Carytown is the sobriquet of a stretch of Cary Street in Richmond, Virginia know for its bohemian atmosphere and trendy retail shops but the name recently has taken on a whole new meaning as a small group of young men have begun to stroll along the street in the neighborhood openly carrying long guns.
The “movement” may have stalled however. More than 300 Facebook invitations to an open carry event on Independence Day elicited a disappointing response — the only people who showed up for the event were the two organizers.
Organizer Jason Spitzer, 29 has described his campaign as an attempt to “spread Constitutional awareness” of our right as Americans to bear arms and when asked to explain the anemic turnout for the event he replied, “I don’t know why.”
“But even if nobody came I’d still walk,” Spitzer said, holding an American Flag in his hands with a rifle slung over his shoulder, “It’s the Fourth of July and I love my country.”
Spitzer and his companion, Scott Royle, 26, likely attracted attention, not because of the weapons they carried but because of the two television news crews that followed them as they walked through the neighborhood.
“I thought it was some Independence Day thing with the flag,” a street singer said as the two passed by her open guitar case.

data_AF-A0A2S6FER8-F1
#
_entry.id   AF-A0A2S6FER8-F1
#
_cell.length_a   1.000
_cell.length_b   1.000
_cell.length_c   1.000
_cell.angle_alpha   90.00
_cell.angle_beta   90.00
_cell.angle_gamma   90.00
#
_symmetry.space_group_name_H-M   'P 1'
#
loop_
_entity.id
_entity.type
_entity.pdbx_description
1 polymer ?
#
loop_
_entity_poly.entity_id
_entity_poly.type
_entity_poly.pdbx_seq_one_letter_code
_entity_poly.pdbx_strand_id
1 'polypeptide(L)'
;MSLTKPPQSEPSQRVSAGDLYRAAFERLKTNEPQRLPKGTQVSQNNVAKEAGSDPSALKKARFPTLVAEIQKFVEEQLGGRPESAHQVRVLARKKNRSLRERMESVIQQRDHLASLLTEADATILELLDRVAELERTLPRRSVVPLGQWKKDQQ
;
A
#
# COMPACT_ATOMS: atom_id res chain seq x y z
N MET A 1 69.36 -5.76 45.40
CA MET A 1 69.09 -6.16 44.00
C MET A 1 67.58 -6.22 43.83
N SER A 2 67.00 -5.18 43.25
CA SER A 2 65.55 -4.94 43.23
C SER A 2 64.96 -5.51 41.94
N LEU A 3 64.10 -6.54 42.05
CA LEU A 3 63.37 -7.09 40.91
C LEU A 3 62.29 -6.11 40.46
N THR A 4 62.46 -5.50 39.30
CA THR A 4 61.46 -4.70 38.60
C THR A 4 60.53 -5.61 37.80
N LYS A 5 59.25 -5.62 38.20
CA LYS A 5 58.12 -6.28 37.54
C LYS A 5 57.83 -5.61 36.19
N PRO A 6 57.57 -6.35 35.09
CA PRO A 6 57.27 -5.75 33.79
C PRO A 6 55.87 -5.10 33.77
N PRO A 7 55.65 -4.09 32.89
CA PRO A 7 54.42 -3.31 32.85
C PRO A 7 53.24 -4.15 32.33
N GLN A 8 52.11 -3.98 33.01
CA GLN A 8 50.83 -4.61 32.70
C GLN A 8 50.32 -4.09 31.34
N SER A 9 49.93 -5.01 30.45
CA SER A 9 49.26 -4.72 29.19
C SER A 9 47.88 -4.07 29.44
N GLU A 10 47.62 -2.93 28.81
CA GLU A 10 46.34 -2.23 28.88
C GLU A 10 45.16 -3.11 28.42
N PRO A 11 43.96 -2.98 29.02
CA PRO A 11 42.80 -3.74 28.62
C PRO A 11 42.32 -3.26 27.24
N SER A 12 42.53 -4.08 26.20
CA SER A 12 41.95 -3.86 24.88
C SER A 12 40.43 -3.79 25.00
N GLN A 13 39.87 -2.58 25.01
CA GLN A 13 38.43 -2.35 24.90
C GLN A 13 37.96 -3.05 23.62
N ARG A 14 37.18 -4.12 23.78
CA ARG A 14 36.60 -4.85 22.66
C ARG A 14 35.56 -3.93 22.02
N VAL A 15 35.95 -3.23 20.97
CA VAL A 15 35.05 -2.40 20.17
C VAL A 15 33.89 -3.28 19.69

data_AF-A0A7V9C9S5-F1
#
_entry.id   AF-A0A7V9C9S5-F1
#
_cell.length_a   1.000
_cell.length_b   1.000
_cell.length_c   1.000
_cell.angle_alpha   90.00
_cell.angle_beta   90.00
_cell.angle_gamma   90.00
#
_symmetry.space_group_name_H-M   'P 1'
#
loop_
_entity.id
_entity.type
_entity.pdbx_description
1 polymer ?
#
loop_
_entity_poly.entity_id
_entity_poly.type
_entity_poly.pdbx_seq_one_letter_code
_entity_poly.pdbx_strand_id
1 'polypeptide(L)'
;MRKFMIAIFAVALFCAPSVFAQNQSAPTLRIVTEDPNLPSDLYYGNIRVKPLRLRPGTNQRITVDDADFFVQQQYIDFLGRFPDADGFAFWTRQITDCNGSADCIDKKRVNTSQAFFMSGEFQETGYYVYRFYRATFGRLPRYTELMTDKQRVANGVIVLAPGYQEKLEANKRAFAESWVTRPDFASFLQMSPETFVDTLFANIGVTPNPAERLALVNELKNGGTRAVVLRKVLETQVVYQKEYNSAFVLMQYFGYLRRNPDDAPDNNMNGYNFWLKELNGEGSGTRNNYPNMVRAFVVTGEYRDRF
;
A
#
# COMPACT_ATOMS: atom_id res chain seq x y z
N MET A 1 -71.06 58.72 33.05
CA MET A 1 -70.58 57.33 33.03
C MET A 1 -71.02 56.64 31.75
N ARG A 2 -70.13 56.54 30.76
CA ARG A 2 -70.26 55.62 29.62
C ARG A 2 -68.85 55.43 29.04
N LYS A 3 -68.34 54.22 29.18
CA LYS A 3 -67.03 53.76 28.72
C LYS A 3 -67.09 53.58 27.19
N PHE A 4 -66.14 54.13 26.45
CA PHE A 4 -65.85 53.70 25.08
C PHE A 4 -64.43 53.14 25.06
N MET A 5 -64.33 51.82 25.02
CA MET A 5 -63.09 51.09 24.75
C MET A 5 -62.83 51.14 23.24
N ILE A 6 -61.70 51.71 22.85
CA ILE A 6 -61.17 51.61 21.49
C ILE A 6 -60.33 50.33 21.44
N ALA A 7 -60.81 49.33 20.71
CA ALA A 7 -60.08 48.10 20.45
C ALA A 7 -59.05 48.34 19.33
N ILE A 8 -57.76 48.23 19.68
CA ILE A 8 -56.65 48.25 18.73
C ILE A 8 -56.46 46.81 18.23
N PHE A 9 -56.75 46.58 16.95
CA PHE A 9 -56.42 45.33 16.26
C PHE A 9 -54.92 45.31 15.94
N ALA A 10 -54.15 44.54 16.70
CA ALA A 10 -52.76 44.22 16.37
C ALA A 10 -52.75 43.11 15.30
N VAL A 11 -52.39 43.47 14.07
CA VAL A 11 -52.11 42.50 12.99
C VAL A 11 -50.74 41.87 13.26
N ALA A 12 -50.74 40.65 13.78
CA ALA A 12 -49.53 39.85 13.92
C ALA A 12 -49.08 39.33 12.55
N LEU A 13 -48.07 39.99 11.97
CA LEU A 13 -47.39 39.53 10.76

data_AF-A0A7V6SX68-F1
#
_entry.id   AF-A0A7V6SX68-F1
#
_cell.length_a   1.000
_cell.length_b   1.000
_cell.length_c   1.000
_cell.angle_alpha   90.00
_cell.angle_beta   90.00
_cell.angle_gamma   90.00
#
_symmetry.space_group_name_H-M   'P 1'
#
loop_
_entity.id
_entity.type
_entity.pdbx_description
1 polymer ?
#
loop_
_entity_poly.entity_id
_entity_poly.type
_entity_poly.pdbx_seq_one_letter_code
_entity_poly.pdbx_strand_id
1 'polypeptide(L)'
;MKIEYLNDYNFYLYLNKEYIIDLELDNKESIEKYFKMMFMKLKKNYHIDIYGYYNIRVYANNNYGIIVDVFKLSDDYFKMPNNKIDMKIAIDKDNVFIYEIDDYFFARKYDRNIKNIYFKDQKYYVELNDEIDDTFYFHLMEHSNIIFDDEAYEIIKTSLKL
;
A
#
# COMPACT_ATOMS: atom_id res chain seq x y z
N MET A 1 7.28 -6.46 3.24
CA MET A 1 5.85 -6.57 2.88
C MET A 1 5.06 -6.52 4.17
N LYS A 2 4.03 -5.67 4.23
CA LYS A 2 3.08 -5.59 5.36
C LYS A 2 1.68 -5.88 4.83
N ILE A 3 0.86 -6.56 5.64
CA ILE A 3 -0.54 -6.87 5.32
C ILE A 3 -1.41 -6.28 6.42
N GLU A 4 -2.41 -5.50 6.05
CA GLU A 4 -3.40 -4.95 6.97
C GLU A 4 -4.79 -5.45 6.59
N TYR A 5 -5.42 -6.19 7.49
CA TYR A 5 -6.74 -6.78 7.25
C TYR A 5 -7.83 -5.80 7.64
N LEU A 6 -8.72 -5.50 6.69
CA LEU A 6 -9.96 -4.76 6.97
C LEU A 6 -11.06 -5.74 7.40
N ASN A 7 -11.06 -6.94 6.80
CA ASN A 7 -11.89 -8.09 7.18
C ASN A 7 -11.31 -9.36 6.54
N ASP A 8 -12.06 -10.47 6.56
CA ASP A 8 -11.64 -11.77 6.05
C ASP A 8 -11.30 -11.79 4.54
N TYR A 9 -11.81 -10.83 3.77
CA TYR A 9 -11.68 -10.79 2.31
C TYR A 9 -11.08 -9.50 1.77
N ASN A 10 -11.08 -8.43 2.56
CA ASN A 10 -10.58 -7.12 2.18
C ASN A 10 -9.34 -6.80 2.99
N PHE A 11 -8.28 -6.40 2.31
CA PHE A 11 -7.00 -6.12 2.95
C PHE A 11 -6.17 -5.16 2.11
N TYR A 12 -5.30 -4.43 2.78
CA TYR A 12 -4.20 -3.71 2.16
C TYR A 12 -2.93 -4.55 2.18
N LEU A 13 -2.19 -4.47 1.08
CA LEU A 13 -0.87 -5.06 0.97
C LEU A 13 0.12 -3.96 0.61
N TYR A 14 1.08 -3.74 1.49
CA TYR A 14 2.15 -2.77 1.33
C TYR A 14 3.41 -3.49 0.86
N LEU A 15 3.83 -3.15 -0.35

Under Virginia law the handful of ammosexuals who have taken this “cause” to heart are doing nothing illegal, there is no prohibition against carrying an unloaded long gun in public although business owners may refuse to allow them to enter their place of business.
Most of the shoppers interviewed on Friday seemed to be unconcerned with these two young men marching down the street displaying their weapons although most of them did have questions as to what motivated them to do it and questioned the timing and choice of locations.
“People need to be aware that they can carry a weapon, but at the same time you’ve got to be mindful of your environment and who else you are affecting. It’s not just about you,” said Carytown merchant Christopher Turner, 29.
“It’s a little weird in Carytown on the Fourth of July,” said Bryan Walthall, 30. “I think they are a couple of dudes looking for attention.”
Of course Spitzer has all the standard answers to the obvious questions, “If you can’t tell me when the next crime is going to happen … then I’m going to protect myself the way I see fit,” he told reporters when asked if he felt that he needed a gun to feel safe at midday in Carytown.
While Spitzer and Royle were largely ignored or avoided in Carytown the same cannot be said for the response online where one resident posted a comment saying, “Carytown is my neighborhood, If I see you (or any other gun-toting low-lifes) strolling around with your rifle I will presume you are a terrorist threat and call 911 immediately. I encourage others to do the same.”
“Why is it that we get threatened like that,” Spitzer asked, “when we’re just exercising our rights like everyone else?”
Maybe because you are seen by others as threatening when you carry your weapons around at inappropriate times and locations, Jason.
Watch a report from CBS6 below.
h/t: Roanoke Times.